‘Swift-Footed Lizard’ Named Massachusetts Official State Dinosaur

by Tia Bailey
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(Photo via Getty Images/Stock Photo)

A new lizard has been named Massachusetts’ official state dinosaur. The lucky reptile is the swift-footed lizard, and was signed into law on Wednesday.

The swift-footed lizard, also known as the podokesaurus holyokensis, lived millions of years ago. State Rep. Jack Lewis set up a poll in a social media campaign, and the lizard received about 35,000 votes.

“If I think about my own childhood … the thing that got me interested in science in the first place was dinosaurs. The main reason they got me interested is because of their majesty, and their ferocity and their almost alien-being status. As a kid, they just created wonder,” he said.

It was Lewis’s idea to have a state dinosaur in the first place. He came up with it during the start of the pandemic when coming up with projects for Cub Scouts.

According to the Associated Press, Lewis shared that doing this not only taught the kids about science, but also about the legislative process. He also shared that the lizard’s scientific name comes from western Massachusetts Mount Holyoke College professor Mignon Talbot, who discovered the dinosaur in 1910. Additionally, she was “the first woman to find, discover, name and describe a dinosaur.”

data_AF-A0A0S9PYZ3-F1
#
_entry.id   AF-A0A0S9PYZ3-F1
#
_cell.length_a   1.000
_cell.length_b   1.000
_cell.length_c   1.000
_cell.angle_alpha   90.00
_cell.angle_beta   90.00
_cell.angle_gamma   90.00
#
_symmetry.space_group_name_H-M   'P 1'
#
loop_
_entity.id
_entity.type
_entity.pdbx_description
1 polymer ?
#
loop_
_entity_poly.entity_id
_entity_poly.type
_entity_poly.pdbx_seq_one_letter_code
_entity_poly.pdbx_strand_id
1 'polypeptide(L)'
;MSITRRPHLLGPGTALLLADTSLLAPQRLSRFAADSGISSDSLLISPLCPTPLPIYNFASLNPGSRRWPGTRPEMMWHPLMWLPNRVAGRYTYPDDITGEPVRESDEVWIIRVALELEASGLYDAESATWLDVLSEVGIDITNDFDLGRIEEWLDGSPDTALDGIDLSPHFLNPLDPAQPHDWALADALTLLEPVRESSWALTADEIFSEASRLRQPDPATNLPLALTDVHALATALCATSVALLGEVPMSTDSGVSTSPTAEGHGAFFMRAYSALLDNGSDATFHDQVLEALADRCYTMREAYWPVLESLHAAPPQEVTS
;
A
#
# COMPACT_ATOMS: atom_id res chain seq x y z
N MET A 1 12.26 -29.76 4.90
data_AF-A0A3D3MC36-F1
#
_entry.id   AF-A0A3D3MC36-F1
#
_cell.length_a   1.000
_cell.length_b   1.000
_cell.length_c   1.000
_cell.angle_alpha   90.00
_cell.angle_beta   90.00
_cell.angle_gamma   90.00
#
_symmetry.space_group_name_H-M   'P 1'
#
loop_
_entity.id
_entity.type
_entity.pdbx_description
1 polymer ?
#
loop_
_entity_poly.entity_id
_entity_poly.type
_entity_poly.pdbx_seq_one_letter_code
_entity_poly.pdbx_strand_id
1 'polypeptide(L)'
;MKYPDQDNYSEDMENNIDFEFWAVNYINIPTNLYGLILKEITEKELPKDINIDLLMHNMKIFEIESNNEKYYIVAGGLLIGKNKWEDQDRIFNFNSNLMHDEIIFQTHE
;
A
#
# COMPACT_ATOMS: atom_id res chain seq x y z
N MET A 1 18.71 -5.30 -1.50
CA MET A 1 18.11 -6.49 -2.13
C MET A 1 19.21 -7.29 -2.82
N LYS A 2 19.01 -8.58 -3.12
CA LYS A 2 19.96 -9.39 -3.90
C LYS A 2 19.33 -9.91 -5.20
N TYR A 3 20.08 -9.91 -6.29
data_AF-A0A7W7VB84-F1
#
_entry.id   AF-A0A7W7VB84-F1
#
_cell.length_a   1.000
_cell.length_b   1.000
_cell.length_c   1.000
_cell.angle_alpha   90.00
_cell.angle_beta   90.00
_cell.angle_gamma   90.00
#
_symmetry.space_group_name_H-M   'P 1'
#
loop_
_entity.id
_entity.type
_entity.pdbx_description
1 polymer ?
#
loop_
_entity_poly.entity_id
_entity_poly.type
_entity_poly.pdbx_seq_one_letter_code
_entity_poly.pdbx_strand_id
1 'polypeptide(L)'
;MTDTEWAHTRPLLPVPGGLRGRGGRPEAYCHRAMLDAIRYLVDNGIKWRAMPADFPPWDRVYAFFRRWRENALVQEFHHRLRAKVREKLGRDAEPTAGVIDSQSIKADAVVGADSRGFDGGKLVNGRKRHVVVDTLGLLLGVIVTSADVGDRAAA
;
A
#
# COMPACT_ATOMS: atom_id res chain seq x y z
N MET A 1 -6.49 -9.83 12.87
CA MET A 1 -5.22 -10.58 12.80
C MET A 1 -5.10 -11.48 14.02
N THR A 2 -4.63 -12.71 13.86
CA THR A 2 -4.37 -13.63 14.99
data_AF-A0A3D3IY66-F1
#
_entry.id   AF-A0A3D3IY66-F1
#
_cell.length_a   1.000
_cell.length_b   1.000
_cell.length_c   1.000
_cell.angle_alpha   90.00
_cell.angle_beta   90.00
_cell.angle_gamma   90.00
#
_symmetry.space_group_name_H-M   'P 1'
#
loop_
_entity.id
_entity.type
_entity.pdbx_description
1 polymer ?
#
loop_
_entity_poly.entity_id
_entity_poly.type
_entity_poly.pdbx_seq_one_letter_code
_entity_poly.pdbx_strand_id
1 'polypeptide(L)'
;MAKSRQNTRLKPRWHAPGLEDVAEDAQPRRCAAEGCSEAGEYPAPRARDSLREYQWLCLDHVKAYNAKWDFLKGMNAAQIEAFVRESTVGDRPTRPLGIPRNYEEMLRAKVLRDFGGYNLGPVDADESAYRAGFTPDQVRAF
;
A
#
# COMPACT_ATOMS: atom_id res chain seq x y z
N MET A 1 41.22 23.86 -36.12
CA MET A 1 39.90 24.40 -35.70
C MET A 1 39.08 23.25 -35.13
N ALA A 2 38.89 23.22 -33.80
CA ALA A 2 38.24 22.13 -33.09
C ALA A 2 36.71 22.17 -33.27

“Hopefully if this project inspires just a couple young girls to grow up and explore paleontology, it would have been all worth it,” he said.

Massachusetts is now one of about a dozen states to have a state dinosaur.

Giant Lizard Shipped in Container

An intrepid lizard was shipped from Brisbane, Australia to Chichester, England recently. The water lizard, who has been nicknamed Patrick, was found after hitching a ride on the shipment. He is now with the Royal Society for the Prevention of Cruelty to Animals (RSPCA) in Brighton.

RSPCA Brighton reptile expert Laurie McColgin shared a statement about the situation.

“As Patrick is wild and was not born in captivity we would like to find him a large specialist home. Ideally in a zoo or somewhere with a large walk-in enclosure,” McColgin said. “It’s likely his voyage would have lasted at least six weeks. It’s unbelievable he managed to survive the ordeal, he is very lucky!”

She also shared that once Patrick is back to full strength, they will research places for him to go.

“We would always advise people to treat any unidentified animal with caution until identified accurately and not to try to handle an animal that has been discovered as accidentally imported,” she wrote. “We are incredibly busy over the summer months so if anyone does find a stowaway as they are unpacking it would really help us if they contacted their nearest zoo or exotic pet shop in the first instance – so our frontline officers can prioritise rescuing animals from cruelty and neglect.”

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